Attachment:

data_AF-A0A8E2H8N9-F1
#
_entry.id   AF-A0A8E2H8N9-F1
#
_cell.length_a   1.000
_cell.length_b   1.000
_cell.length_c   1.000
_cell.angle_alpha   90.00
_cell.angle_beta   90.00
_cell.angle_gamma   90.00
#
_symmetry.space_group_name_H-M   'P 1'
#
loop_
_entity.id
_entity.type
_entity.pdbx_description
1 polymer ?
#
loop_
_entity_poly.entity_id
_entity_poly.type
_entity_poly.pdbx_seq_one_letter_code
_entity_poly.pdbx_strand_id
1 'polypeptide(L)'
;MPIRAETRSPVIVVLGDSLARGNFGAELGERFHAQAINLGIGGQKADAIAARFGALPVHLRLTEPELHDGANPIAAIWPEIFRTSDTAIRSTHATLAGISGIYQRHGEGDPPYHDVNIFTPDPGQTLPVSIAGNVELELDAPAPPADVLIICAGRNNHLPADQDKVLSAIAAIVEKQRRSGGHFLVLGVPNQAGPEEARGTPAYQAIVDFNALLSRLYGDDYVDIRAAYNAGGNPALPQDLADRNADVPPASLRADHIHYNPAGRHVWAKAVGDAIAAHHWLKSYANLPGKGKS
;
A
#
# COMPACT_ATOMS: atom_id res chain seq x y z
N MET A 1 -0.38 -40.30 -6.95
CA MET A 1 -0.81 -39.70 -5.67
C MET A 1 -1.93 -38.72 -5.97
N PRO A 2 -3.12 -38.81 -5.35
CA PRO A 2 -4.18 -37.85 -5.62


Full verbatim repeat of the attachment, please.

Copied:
data_AF-A0A8E2H8N9-F1
#
_entry.id   AF-A0A8E2H8N9-F1
#
_cell.length_a   1.000
_cell.length_b   1.000
_cell.length_c   1.000
_cell.angle_alpha   90.00
_cell.angle_beta   90.00
_cell.angle_gamma   90.00
#
_symmetry.space_group_name_H-M   'P 1'
#
loop_
_entity.id
_entity.type
_entity.pdbx_description
1 polymer ?
#
loop_
_entity_poly.entity_id
_entity_poly.type
_entity_poly.pdbx_seq_one_letter_code
_entity_poly.pdbx_strand_id
1 'polypeptide(L)'
;MPIRAETRSPVIVVLGDSLARGNFGAELGERFHAQAINLGIGGQKADAIAARFGALPVHLRLTEPELHDGANPIAAIWPEIFRTSDTAIRSTHATLAGISGIYQRHGEGDPPYHDVNIFTPDPGQTLPVSIAGNVELELDAPAPPADVLIICAGRNNHLPADQDKVLSAIAAIVEKQRRSGGHFLVLGVPNQAGPEEARGTPAYQAIVDFNALLSRLYGDDYVDIRAAYNAGGNPALPQDLADRNADVPPASLRADHIHYNPAGRHVWAKAVGDAIAAHHWLKSYANLPGKGKS
;
A
#
# COMPACT_ATOMS: atom_id res chain seq x y z
N MET A 1 -0.38 -40.30 -6.95
CA MET A 1 -0.81 -39.70 -5.67
C MET A 1 -1.93 -38.72 -5.97
N PRO A 2 -3.12 -38.81 -5.35
CA PRO A 2 -4.18 -37.85 -5.62